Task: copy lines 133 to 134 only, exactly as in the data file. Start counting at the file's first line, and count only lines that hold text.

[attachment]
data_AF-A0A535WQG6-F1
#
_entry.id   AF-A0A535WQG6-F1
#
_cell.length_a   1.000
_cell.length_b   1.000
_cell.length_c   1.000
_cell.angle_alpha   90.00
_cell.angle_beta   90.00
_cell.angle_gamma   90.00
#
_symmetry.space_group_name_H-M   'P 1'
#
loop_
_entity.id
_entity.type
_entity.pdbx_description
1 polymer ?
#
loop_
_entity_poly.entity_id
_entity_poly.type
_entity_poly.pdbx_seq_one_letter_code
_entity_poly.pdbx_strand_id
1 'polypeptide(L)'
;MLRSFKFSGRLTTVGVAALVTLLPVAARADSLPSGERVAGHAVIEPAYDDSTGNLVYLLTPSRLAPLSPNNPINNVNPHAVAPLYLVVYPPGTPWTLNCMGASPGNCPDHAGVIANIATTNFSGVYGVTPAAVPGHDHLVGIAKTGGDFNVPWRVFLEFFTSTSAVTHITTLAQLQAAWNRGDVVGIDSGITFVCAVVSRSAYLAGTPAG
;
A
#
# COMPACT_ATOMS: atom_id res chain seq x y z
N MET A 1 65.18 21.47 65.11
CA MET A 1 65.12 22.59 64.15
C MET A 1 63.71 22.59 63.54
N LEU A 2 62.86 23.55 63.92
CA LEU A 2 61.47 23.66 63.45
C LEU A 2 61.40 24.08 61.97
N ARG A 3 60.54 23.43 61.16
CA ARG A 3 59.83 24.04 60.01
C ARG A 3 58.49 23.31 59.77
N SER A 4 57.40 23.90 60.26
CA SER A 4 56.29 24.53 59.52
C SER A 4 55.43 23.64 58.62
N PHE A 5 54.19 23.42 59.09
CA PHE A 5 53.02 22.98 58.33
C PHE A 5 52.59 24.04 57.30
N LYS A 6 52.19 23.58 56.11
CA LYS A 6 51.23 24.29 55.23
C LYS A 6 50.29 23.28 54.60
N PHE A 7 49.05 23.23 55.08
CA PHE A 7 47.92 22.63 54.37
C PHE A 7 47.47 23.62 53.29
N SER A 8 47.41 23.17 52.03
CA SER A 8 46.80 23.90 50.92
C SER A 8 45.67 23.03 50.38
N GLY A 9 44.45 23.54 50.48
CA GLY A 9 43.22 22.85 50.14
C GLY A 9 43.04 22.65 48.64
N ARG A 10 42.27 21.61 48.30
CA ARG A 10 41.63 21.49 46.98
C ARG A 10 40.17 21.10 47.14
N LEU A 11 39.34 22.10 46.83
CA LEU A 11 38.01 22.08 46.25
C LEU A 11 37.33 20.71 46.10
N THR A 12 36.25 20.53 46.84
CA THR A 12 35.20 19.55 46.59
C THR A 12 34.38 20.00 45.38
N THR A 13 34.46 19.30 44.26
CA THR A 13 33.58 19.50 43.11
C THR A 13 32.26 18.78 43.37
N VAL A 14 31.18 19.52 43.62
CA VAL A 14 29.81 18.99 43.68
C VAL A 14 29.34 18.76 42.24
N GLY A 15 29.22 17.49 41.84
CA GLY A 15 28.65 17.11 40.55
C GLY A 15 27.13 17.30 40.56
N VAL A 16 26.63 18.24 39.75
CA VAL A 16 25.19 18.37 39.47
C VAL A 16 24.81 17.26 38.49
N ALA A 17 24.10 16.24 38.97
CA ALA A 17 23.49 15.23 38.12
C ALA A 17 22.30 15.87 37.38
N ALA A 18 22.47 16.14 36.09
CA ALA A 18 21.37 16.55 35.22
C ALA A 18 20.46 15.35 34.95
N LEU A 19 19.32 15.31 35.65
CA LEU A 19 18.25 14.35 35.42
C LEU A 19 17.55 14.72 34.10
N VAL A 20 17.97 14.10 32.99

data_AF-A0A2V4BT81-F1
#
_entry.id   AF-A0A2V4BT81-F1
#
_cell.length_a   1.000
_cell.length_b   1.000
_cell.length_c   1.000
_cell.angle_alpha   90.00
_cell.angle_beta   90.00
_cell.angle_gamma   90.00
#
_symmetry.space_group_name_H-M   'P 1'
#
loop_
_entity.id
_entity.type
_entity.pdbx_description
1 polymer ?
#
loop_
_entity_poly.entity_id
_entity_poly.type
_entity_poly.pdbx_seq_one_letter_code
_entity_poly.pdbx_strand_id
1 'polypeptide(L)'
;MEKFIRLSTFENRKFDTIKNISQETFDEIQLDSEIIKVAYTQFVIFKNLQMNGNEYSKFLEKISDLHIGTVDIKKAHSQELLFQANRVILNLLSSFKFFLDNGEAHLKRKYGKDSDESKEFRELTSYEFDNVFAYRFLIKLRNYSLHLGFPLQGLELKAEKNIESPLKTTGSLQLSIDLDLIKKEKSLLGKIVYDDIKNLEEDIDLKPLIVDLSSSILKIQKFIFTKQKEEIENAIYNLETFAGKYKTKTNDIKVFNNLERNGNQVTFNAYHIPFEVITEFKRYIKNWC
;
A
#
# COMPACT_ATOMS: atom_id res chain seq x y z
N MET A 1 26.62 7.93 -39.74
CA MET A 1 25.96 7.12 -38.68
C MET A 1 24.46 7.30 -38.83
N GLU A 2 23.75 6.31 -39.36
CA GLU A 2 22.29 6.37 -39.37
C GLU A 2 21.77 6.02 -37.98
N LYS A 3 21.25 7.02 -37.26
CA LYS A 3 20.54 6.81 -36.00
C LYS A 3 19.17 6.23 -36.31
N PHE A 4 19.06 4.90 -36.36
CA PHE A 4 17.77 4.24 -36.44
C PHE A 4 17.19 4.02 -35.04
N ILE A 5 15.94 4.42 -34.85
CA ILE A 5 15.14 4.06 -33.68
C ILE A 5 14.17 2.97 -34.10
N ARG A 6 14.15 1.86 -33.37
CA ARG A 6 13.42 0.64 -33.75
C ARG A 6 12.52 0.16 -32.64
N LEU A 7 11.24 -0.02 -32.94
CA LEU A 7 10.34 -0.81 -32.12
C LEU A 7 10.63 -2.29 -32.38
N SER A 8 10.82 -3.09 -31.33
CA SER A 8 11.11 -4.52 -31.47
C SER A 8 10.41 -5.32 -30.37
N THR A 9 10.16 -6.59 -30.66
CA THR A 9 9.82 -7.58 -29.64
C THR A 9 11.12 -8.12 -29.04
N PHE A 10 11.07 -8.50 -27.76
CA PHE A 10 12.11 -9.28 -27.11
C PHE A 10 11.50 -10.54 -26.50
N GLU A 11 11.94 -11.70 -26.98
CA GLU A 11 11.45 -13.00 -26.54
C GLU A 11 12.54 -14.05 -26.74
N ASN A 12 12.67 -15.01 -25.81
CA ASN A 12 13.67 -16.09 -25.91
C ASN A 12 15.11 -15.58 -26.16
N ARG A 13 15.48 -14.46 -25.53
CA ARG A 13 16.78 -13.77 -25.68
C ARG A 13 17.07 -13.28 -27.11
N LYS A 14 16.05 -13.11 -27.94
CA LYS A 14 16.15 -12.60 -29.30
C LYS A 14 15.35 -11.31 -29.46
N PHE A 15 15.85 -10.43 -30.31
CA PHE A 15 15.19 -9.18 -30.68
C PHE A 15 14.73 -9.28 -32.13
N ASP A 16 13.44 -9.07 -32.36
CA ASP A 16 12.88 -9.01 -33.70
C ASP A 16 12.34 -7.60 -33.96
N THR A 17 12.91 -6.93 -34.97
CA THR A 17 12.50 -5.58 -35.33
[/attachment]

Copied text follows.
C ILE A 5 14.17 2.97 -34.10
N ARG A 6 14.15 1.86 -33.37